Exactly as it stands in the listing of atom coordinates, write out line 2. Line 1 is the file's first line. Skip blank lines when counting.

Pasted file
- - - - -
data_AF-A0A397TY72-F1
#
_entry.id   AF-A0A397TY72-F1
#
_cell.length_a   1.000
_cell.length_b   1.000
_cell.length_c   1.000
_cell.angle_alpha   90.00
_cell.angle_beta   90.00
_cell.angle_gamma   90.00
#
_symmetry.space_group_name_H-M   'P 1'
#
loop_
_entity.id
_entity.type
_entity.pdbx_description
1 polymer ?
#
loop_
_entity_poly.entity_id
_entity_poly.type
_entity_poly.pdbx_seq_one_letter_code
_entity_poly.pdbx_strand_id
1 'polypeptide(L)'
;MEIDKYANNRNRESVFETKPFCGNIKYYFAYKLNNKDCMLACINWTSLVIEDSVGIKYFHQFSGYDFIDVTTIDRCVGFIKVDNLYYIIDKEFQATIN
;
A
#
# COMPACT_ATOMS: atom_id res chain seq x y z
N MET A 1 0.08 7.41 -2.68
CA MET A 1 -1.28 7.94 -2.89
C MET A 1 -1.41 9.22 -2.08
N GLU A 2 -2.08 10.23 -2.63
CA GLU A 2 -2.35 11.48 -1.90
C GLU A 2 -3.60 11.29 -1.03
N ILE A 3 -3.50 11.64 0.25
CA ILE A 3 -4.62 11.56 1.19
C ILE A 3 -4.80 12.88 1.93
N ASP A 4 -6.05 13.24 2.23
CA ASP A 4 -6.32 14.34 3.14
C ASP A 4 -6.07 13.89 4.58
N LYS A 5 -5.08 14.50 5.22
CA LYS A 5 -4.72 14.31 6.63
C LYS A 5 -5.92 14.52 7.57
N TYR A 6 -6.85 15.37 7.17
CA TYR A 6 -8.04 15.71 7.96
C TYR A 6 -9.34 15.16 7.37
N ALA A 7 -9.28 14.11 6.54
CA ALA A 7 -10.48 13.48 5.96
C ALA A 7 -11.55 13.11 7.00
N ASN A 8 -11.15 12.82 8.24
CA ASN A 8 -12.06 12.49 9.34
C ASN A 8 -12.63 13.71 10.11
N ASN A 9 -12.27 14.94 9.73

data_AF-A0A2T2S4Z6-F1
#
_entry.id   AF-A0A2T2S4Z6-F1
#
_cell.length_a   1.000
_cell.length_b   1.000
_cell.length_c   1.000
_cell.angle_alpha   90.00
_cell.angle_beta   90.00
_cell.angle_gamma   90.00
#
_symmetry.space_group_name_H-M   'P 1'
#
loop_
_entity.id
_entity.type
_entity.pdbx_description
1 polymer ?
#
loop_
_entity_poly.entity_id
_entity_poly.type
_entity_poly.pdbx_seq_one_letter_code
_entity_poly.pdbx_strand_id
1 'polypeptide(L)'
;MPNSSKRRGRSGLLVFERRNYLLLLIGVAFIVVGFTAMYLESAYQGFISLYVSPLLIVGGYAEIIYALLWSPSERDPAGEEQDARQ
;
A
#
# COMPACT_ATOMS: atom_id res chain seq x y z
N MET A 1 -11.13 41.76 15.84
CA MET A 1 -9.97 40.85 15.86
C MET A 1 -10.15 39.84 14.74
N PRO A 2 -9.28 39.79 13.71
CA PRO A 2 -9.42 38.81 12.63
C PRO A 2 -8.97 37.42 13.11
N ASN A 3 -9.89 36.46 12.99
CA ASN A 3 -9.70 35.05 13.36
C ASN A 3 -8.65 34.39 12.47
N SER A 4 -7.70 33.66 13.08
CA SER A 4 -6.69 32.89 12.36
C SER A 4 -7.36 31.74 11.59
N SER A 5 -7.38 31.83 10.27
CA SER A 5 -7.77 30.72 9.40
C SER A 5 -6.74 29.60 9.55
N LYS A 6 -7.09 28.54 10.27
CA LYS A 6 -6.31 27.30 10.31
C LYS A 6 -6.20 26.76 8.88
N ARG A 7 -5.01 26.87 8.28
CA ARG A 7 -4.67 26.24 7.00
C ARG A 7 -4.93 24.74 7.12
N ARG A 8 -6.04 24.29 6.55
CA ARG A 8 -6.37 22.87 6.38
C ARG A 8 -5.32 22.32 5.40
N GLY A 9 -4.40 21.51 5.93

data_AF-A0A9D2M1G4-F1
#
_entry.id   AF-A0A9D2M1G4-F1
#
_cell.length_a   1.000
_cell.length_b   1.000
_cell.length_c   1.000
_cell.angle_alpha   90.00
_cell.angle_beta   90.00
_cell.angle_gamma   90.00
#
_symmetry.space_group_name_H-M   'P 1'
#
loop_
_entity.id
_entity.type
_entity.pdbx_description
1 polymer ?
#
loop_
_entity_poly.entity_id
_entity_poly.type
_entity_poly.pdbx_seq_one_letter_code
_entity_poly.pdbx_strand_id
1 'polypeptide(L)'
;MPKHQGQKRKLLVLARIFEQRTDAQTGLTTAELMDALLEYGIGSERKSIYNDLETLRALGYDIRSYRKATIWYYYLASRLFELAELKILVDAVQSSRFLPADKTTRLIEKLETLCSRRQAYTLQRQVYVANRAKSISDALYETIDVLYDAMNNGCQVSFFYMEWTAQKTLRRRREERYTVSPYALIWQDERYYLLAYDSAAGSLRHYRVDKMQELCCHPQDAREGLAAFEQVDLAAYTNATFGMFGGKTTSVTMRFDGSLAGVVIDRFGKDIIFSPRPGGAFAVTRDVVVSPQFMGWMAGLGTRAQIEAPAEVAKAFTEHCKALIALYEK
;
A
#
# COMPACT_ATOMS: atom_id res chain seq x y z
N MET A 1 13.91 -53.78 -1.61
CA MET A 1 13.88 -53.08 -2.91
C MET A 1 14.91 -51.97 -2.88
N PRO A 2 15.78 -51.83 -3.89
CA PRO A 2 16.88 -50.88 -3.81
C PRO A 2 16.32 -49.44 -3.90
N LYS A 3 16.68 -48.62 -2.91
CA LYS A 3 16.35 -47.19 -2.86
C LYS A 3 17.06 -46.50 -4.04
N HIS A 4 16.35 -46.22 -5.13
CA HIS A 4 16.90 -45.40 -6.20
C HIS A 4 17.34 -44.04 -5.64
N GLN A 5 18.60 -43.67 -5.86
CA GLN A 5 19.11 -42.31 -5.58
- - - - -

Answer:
#